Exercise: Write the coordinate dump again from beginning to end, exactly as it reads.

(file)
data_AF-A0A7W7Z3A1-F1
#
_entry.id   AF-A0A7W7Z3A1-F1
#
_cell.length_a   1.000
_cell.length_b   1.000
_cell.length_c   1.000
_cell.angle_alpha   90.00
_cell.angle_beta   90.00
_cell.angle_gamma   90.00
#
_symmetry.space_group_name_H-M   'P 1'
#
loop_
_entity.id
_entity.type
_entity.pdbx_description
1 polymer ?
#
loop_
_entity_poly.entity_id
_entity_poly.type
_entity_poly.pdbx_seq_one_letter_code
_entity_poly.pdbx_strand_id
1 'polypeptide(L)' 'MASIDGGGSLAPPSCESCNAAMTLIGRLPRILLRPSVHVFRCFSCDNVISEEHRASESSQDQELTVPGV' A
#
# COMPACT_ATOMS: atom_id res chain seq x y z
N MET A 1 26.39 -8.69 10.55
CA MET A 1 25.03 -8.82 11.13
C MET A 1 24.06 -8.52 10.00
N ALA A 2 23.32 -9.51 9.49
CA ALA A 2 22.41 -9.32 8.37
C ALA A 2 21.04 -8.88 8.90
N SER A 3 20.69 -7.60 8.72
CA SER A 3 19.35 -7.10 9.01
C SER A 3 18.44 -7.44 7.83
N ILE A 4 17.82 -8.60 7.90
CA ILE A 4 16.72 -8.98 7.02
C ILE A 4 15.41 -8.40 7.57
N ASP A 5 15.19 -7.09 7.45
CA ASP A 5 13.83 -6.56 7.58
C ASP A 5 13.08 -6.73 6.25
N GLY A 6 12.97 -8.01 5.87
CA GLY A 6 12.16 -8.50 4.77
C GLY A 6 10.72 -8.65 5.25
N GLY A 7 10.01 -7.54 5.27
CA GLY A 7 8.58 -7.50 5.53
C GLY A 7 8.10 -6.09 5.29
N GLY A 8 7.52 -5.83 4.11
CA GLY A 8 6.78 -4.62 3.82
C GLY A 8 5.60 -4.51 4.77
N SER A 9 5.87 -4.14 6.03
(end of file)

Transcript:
data_AF-A0A7W7Z3A1-F1
#
_entry.id   AF-A0A7W7Z3A1-F1
#
_cell.length_a   1.000
_cell.length_b   1.000
_cell.length_c   1.000
_cell.angle_alpha   90.00
_cell.angle_beta   90.00
_cell.angle_gamma   90.00
#
_symmetry.space_group_name_H-M   'P 1'
#
loop_
_entity.id
_entity.type
_entity.pdbx_description
1 polymer ?
#
loop_
_entity_poly.entity_id
_entity_poly.type
_entity_poly.pdbx_seq_one_letter_code
_entity_poly.pdbx_strand_id
1 'polypeptide(L)' 'MASIDGGGSLAPPSCESCNAAMTLIGRLPRILLRPSVHVFRCFSCDNVISEEHRASESSQDQELTVPGV' A
#
# COMPACT_ATOMS: atom_id res chain seq x y z
N MET A 1 26.39 -8.69 10.55
CA MET A 1 25.03 -8.82 11.13
C MET A 1 24.06 -8.52 10.00
N ALA A 2 23.32 -9.51 9.49
CA ALA A 2 22.41 -9.32 8.37
C ALA A 2 21.04 -8.88 8.90
N SER A 3 20.69 -7.60 8.72
CA SER A 3 19.35 -7.10 9.01
C SER A 3 18.44 -7.44 7.83
N ILE A 4 17.82 -8.60 7.90
CA ILE A 4 16.72 -8.98 7.02
C ILE A 4 15.41 -8.40 7.57
N ASP A 5 15.19 -7.09 7.45
CA ASP A 5 13.83 -6.56 7.58
C ASP A 5 13.08 -6.73 6.25
N GLY A 6 12.97 -8.01 5.87
CA GLY A 6 12.16 -8.50 4.77
C GLY A 6 10.72 -8.65 5.25
N GLY A 7 10.01 -7.54 5.27
CA GLY A 7 8.58 -7.50 5.53
C GLY A 7 8.10 -6.09 5.29
N GLY A 8 7.52 -5.83 4.11
CA GLY A 8 6.78 -4.62 3.82
C GLY A 8 5.60 -4.51 4.77
N SER A 9 5.87 -4.14 6.03